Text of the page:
I like Ed Harris "The Load" in my .30-06s -- that's 13.0 grains of Red Dot behind a 160 grain Lee cast bullet. With the bullet cast of wheel weights, that's pretty cheap shooting.

For deer I like a 150-grain bullet at around 2600 fps, while for mulies and elk, I go with a 180 grain Nosler Partition Jacket at around 2700 fps. A good do-anything load is a 165 grain bullet at about 2900 fps.

Jeff Cooper was right, the .30-06 is just "too good."

Maverick223
December 15, 2009, 01:58 PM
I just realized that I left off a good cartridge in the .375H&H "honorable mention" section...the 9.3x64Brenneke is a splendid cartridge for when the big Holland and Holland just won't fit in the action, and can do anything the H&H can for work in NA.

Also, while I could have left a few cartridges/categories off, as some have suggested, I felt that each one had enough merit to deserve a spot, they just seemed perfect for one region/circumstance/game and could not be ignored. I am not saying that everyone needs all of the above, just that each serve a particular instance very well and may be applicable.

:)

Uncle Mike
December 15, 2009, 02:27 PM
As they say Mav....you can't successfully argue with 'opinion'!

Maverick223
December 15, 2009, 02:31 PM
As they say Mav....you can't successfully argue with 'opinion'!So your saying my list of cartridge choices isn't fact?...blasphemy! :D

wishin
December 15, 2009, 05:16 PM
.243/6mm needs to be in there somewhere.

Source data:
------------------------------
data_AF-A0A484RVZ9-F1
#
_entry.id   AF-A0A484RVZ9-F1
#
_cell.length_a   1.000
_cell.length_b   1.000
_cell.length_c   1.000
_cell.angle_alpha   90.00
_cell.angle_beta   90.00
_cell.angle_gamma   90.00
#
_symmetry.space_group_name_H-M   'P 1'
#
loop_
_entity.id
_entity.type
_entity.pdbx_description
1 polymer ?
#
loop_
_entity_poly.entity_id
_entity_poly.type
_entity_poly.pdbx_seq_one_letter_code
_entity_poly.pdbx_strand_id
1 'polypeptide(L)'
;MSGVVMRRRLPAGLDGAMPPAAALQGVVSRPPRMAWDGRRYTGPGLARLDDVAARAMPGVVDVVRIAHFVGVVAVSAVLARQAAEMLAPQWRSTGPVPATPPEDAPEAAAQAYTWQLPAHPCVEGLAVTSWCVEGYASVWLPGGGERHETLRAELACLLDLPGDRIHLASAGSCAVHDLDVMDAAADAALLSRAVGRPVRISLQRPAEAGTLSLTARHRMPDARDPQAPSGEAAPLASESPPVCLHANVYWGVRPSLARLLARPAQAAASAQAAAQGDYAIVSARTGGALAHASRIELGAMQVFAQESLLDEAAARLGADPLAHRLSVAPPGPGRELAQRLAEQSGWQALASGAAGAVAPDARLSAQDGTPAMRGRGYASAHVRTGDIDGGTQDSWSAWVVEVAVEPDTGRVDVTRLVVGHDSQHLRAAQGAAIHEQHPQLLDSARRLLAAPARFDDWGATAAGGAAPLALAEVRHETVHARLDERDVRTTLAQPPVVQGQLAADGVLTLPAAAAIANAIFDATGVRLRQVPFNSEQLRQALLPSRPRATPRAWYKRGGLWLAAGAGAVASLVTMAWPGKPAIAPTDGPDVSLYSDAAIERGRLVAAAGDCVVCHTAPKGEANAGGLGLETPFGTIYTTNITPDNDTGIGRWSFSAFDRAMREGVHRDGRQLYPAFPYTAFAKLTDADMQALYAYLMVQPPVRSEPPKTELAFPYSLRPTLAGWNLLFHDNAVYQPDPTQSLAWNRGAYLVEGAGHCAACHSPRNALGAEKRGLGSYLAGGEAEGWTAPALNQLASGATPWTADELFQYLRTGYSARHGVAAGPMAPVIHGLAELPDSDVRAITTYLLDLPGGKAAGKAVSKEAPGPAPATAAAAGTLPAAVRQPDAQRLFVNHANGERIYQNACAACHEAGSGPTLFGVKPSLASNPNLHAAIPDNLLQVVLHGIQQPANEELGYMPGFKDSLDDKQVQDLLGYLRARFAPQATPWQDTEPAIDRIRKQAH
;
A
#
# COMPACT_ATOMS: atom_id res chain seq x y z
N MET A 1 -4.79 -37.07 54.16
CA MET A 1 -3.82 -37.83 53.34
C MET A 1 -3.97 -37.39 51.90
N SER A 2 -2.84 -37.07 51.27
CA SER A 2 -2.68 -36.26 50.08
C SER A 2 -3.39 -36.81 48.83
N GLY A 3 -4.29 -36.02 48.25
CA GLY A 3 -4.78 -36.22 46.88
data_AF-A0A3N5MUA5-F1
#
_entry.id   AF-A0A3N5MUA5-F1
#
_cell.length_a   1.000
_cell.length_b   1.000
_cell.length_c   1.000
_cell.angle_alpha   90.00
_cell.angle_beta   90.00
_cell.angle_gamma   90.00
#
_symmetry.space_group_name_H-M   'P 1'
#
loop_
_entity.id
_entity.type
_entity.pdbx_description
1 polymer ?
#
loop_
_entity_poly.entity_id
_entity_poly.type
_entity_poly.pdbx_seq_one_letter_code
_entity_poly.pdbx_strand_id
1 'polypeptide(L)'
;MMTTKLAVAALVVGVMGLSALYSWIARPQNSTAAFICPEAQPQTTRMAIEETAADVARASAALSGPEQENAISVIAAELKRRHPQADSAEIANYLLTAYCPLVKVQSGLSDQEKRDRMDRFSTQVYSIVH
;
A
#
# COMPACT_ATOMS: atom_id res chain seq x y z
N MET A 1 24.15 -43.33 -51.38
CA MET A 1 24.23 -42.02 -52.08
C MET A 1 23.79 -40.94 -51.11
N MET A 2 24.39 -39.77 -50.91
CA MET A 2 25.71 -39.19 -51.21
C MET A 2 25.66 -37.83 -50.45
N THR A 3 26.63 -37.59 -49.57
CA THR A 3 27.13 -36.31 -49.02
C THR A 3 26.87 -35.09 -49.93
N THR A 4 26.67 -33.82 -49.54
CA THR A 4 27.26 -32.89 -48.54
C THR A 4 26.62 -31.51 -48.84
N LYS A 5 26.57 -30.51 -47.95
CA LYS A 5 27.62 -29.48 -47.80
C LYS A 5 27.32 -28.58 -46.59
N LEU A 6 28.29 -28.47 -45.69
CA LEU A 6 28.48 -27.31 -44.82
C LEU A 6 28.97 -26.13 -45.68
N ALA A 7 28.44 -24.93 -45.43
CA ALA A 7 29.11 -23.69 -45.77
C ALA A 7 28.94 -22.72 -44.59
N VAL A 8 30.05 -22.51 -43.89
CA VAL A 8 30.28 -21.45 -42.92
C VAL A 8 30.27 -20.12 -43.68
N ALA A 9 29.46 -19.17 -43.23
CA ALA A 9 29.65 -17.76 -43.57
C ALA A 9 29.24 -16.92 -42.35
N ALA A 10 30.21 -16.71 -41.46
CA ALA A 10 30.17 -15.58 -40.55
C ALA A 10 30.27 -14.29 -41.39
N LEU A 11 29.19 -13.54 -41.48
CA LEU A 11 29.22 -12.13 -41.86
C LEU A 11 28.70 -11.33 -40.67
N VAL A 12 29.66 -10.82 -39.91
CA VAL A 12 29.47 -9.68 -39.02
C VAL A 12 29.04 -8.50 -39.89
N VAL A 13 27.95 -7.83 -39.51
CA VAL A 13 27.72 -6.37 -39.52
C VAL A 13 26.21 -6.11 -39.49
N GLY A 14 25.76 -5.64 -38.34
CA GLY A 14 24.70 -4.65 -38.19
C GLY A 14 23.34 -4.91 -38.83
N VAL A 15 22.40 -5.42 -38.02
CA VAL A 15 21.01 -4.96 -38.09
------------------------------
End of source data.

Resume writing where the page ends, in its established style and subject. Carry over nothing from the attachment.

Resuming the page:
MJR007
December 15, 2009, 06:18 PM
I agree with Krochus on this one. More importance should be placed on the bullet than what brass it came out of. Do you really think a deer would notice the difference if it was shot at 237yards with a 243, a 25 Souper, a 260, a 7mm-08, or a 308. I own or have owned all these rifles and my wife’s recently shot out 308 will be rebarreled in a 308. We as hunters over think a lot.

HoosierQ
December 15, 2009, 06:22 PM
I voted close but no cigar or whatever that was. I would think any such list would really need to include 30-06 and/or .308 and something 7mm (pick one).

Good picks on 22lr, .223, and 30-30 though.

45-70? Maybe not so much. Good caliber to be sure but...

So a good list but not perfect.

ArmedBear
December 15, 2009, 07:05 PM
.30-30 really isn't a cartridge. It's a rifle, if you get my drift. Nobody shoots .30-30 for its intrinsic merits. Lots of people shoot a 94 or 336 for its intrinsic merits -- and it happens to chamber a .30-30. But if you're listing cartridges, I think you can ditch it.

Likewise, I really like the .45-70. In a single-shot BPC rifle, that's what I'd want. It's found a niche in the Guide Gun, too. But again, we're talking about particular rifles that are appealing, and the cartridge just comes along for the ride.

The .223 is far from perfect. It's just really, really common due to NATO adoption. If that's the criterion for "perfect", the .260 and .280 would have to go from the list. The .22-250 is THE .22 centerfire round, if it's chosen for its hunting merits.

Do you really think a deer...

That's where we're going to have differences of opinion. I can only get one deer tag per season, unless I want to grossly overpay. Our deer are a lot bigger than what some people hunt. I can also get an elk tag, a bear tag, and most likely, can draw a pronghorn tag. We have moose, bighorns and mountain goats, also, with tougher drawings, and buffalo are available, too. So, my idea of "North American game" is not "whitetail".

The terrain and game can favor some long shots. Since I don't shoot prairie dogs at the moment, I'd trade .223, .260, .280, .375 and .45-70 for just two: .257 Wby and .338 Win Mag. One for flat shooting, the other for "oomph" at range.

Now is a .338 WinMag "perfect" for a hunter whose game and terrain are a good match for a .30-30? HELL NO! It's expensive and high-recoil, and the guns that shoot it are either heavy or they kick like mules.

But would I want to hunt moose or mountain goats with a .30-30? No. It would be better than a sharpened stick, but it sure wouldn't be "perfect" by any stretch.:)